Quote:No, that looks like an african to me too or african mix- I don't think I know of another goose breed with that jet black bill. Looks just like my african at that age.
You can't tell sex at that age unless you know how to get inside their bottom and look as that is where the private parts live. If you watch though you'll see behavior as it grows that will tell you. Males are more bold and protect what they think is their friends and family, so in the face of a threat a male will move forward toward it, snake out it's neck and make sounds (when adults they hiss just like a snake- it's freaky). Females tend to be more timid and hang back rather then approaching the threat- they know that is the boys job. Females usually only snake out their neck at a threat that is right on top of them or to get on the case of one of their flock for doing something they didn't like. On africans they both get those big bumps at the top of the bill, on the boys those are bigger then on the girls.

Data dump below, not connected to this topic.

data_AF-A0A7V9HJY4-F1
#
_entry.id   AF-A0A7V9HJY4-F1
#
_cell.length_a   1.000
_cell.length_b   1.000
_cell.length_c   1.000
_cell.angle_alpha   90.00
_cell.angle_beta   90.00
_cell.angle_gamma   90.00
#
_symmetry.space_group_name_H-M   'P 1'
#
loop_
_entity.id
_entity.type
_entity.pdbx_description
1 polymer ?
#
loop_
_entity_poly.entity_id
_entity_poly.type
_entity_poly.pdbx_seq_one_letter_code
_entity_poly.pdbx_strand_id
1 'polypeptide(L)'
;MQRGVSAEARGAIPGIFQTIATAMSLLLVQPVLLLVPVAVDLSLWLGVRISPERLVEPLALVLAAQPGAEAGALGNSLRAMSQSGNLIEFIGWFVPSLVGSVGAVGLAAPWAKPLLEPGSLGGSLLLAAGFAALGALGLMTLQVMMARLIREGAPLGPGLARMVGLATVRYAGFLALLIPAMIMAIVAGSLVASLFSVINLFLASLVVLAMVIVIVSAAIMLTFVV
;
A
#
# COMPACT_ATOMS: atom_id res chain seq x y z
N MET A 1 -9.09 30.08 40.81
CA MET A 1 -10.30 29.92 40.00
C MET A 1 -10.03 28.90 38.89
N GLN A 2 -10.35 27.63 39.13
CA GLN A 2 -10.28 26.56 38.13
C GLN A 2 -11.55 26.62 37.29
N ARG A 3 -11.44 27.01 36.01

Quote:The bill reminds me of a toulouse though with that convex thing going on. I don't recall that mine had a convex bill like that but then again maybe mine is the mix as I got her from hatchery stock. (smiles)
Oh how precious!!!! I love "little kid" geese at that age
I agree with the African, by the length and shape of the neck.
Does he/she have a friend? Geese need a flock or they are unhappy. They can be quite happy with ducks and chickens and turkeys.
Sexing them is impossible unless you know how to look up their bums. African males have HUGE knobs and females have smaller ones. I've heard they have different adult honks/noises. One person told me to wait until it either laid eggs or did not LOL and then I'd know for sure.
I just guessed the sex, based upon my intuition when I had straight run goslings. I was wrong and had ganders named Chloe and Zoey and a goose named Petey. They didn't seem to mind.